1. Call the 
    touch()
     method.
     The 
    touch()
     method is required to set up the old values, is required for 
    oldRow
     , and is required for optimistic locking. This requirement applies only to objects that you retrieve on your own. You must invoke this method in the following circumstances:
    • If you read a row and then want to update/delete it.For more information about an example, see the "Insert an Object" example.
    • In an event, if you change the row and need to update it again to re-run the rules on changes to the row made in the event.
  2. Change any column in the row.
  3. Call the 
    update
     method.
 
Example:
 
The following code snippet updates an object, calling the 
touch()
 method and the 
update()
 method:
var customer = logicContext.
getBeanByPrimaryKey
("customer", "123");
logicContext.
touch
(customer); // IMPORTANT!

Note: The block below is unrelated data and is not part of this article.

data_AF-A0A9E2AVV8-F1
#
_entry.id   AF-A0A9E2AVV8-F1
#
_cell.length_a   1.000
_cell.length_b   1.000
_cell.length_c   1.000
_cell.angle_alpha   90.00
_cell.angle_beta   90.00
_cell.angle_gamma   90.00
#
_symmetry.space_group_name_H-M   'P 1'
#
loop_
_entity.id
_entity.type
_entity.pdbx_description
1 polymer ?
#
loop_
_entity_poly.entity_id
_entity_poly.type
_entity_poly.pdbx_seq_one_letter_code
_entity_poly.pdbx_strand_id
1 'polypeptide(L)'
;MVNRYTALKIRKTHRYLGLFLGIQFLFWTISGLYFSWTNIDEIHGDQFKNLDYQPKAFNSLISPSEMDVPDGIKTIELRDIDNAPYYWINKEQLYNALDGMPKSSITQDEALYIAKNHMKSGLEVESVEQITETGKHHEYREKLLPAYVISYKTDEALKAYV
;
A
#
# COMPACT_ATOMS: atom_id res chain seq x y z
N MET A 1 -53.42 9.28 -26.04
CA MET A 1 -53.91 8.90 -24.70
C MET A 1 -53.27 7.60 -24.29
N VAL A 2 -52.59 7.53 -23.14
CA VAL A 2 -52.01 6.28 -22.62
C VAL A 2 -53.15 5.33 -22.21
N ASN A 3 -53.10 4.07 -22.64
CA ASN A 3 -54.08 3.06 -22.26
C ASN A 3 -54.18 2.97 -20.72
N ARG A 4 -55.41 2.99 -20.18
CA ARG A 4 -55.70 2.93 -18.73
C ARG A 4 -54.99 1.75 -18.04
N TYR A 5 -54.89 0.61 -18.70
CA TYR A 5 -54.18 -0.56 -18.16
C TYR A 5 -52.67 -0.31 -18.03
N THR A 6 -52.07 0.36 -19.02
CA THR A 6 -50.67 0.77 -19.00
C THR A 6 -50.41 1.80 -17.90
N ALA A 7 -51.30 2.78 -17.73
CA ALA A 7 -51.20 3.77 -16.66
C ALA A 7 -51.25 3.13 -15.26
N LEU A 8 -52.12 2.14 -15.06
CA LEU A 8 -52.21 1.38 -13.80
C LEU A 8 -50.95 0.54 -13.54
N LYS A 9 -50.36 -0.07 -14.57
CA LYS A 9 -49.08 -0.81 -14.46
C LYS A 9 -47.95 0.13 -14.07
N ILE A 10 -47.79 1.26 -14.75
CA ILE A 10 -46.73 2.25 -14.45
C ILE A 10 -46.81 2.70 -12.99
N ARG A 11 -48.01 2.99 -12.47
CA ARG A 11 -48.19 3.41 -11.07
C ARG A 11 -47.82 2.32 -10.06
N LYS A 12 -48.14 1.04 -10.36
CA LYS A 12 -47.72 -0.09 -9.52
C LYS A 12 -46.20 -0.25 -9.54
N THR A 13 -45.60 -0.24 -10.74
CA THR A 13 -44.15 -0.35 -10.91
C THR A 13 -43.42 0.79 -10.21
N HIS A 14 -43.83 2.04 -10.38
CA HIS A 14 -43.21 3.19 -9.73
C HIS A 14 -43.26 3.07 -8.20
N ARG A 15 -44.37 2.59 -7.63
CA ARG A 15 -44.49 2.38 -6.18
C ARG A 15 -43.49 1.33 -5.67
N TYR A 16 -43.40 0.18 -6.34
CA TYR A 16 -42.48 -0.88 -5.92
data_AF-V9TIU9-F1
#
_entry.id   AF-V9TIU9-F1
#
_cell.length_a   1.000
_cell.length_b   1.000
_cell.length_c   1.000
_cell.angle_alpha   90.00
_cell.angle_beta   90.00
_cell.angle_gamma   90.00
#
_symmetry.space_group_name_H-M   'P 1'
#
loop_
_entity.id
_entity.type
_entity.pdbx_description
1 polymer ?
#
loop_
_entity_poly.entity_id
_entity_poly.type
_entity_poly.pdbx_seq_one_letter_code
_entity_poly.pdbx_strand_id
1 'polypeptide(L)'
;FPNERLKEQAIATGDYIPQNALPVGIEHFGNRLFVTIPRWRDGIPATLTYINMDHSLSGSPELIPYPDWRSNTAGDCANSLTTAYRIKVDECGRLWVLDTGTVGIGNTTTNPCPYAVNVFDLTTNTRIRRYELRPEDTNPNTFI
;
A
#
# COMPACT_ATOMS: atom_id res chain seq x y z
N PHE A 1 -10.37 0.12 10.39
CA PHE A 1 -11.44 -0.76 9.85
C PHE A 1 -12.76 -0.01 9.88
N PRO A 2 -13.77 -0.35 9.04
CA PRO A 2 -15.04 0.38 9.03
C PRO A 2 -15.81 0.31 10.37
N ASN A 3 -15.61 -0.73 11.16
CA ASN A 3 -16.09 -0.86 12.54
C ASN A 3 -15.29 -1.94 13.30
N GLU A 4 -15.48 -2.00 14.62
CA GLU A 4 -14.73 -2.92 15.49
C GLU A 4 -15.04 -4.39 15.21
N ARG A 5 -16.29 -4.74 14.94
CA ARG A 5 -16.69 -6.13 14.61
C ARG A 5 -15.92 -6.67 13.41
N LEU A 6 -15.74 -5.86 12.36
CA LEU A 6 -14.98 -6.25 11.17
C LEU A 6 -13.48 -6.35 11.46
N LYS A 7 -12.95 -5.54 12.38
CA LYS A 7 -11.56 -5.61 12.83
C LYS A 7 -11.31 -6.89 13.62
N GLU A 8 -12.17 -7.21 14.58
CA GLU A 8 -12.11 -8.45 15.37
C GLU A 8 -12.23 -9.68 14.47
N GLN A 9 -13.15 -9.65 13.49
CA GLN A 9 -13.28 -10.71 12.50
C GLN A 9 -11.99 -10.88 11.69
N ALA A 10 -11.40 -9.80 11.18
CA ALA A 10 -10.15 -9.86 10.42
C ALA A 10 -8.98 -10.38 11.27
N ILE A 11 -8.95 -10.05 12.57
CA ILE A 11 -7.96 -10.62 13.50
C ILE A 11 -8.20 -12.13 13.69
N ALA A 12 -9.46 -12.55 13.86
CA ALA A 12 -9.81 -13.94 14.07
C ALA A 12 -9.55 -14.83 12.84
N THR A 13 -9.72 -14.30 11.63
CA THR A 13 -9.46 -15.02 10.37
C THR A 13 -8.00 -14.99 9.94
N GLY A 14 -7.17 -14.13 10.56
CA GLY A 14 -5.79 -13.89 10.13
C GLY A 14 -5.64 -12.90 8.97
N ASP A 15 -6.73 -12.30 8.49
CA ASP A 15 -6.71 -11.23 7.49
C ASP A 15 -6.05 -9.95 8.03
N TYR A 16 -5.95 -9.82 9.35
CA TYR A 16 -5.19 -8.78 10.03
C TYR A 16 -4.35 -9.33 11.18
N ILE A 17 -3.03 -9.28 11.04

customer.name = 'Updated customer';
logicContext.
update
(customer);
delete Method
You can delete an object with the 
delete
 method:
var customer = logicContext.
getBeanByPrimaryKey
("customer", "123"); logicContext.
delete
(customer);
queryDatabase Method
You can issue an arbitrary SQL query, within the context of the transaction, using the 
queryDatabase()
 method. You can use JDBC 
?
 syntax for parameterized queries:
// Use this to query the database and log the results (for example) to the API Creator Logs
var result = SysLogic.
queryDatabase
('demo', 'select * from customer where balance > ?', [10]);
for (var i = 0; i < result.length; ++i) {
var s = '';
for (var id in result[i]) {
s += ', ' + id + '=' + result[i][id];
}
log.debug(s);
}
transformCurrentRow Method
The 
logicContext
 object's
transformCurrentRow()